Employees injured at the workplace in the course of and arising out of their employment are entitled to three types of benefits from their employer: 1) medical treatment, 2) temporary disability benefits, and 3) permanent disability benefits. All medical treatment must be authorized, which means that the employer's insurance company must pre-approve any treatment or otherwise the injured worker may be financially responsible for his or her medical bills. Temporary disability benefits are paid when the worker has lost more than seven (7) days of work due to his or her injuries. Once the employee has been out of work for more than seven days total (but not necessarily 7 consecutive days), the employee receives benefits retroactively beginning with the first day of missed work. Finally, permanent disability benefits are paid when the worker sustains a permanent injury, which can only be determined after treatment has been completed.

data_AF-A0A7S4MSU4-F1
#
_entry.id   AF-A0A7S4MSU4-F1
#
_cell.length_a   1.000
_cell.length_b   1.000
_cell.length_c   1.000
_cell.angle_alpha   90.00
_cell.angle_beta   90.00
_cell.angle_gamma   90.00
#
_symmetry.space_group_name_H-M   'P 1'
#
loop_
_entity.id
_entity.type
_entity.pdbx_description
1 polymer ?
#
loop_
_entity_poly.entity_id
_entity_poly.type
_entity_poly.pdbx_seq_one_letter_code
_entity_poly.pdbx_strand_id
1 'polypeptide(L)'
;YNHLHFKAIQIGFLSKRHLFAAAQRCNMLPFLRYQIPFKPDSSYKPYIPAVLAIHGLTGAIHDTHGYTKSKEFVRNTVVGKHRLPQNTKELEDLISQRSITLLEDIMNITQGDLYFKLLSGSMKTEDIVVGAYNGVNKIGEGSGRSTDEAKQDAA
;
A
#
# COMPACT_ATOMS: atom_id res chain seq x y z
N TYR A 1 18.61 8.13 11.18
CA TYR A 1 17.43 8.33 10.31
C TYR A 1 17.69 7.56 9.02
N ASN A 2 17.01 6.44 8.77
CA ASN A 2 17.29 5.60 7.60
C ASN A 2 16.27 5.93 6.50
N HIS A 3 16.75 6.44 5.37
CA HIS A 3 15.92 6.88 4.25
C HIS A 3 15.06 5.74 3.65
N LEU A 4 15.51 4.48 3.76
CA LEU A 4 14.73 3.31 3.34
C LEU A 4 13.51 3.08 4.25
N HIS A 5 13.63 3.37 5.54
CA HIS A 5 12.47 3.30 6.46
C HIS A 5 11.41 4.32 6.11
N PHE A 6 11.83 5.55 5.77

Filing a Claim Petition, Going to Trial, or Settling Your Case
If you have been injured on the job, you should contact a local attorney to represent you. Any employee injured at work can file a Claim Petition with the Division of Workers' Compensation. If you have a lawyer, the lawyer should file the Claim Petition on your behalf. After the Claim Petition is filed, your case will either go to trial or settle. Like most cases today, the vast majority of workers' compensation cases settle before trial. There are two types of workers compensation settlements: Orders Approving Settlement and Section 20 Settlements.
Two Types of Settlements of Workers' Compensation Cases in New Jersey
Orders Approving Settlements occur when the respondent (the insurance carrier) admits that the petitioner (the injured worker) met with a compensated workplace accident and the parties agree on the nature and extent of the petitioner's permanent injuries.
Section 20 Settlements occur when the parties disagree on a key point, such as whether the petitioner's injuries are causally related to the workplace accident.
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